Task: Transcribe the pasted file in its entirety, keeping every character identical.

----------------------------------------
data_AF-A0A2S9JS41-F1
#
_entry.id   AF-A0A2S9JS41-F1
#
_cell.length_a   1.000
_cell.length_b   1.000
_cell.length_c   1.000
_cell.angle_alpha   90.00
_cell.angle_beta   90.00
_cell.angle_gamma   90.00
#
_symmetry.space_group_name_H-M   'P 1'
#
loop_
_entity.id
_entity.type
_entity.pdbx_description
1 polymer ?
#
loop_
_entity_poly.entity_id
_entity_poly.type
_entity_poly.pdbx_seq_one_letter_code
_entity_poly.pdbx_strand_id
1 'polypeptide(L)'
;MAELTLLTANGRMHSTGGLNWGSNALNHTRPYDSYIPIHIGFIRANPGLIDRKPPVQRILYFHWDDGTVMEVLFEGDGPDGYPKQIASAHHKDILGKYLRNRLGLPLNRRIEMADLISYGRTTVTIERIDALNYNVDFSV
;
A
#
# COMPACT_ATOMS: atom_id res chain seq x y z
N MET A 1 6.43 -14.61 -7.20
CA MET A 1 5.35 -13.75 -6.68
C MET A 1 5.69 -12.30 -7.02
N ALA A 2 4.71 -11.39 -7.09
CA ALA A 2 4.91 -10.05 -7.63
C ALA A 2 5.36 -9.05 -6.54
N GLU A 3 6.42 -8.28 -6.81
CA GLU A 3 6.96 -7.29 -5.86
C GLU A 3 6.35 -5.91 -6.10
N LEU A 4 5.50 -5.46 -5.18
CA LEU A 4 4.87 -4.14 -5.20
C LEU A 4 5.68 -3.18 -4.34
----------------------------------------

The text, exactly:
data_AF-A0A2S9JS41-F1
#
_entry.id   AF-A0A2S9JS41-F1
#
_cell.length_a   1.000
_cell.length_b   1.000
_cell.length_c   1.000
_cell.angle_alpha   90.00
_cell.angle_beta   90.00
_cell.angle_gamma   90.00
#
_symmetry.space_group_name_H-M   'P 1'
#
loop_
_entity.id
_entity.type
_entity.pdbx_description
1 polymer ?
#
loop_
_entity_poly.entity_id
_entity_poly.type
_entity_poly.pdbx_seq_one_letter_code
_entity_poly.pdbx_strand_id
1 'polypeptide(L)'
;MAELTLLTANGRMHSTGGLNWGSNALNHTRPYDSYIPIHIGFIRANPGLIDRKPPVQRILYFHWDDGTVMEVLFEGDGPDGYPKQIASAHHKDILGKYLRNRLGLPLNRRIEMADLISYGRTTVTIERIDALNYNVDFSV
;
A
#
# COMPACT_ATOMS: atom_id res chain seq x y z
N MET A 1 6.43 -14.61 -7.20
CA MET A 1 5.35 -13.75 -6.68
C MET A 1 5.69 -12.30 -7.02
N ALA A 2 4.71 -11.39 -7.09
CA ALA A 2 4.91 -10.05 -7.63
C ALA A 2 5.36 -9.05 -6.54
N GLU A 3 6.42 -8.28 -6.81
CA GLU A 3 6.96 -7.29 -5.86
C GLU A 3 6.35 -5.91 -6.10
N LEU A 4 5.50 -5.46 -5.18
CA LEU A 4 4.87 -4.14 -5.20
C LEU A 4 5.68 -3.18 -4.34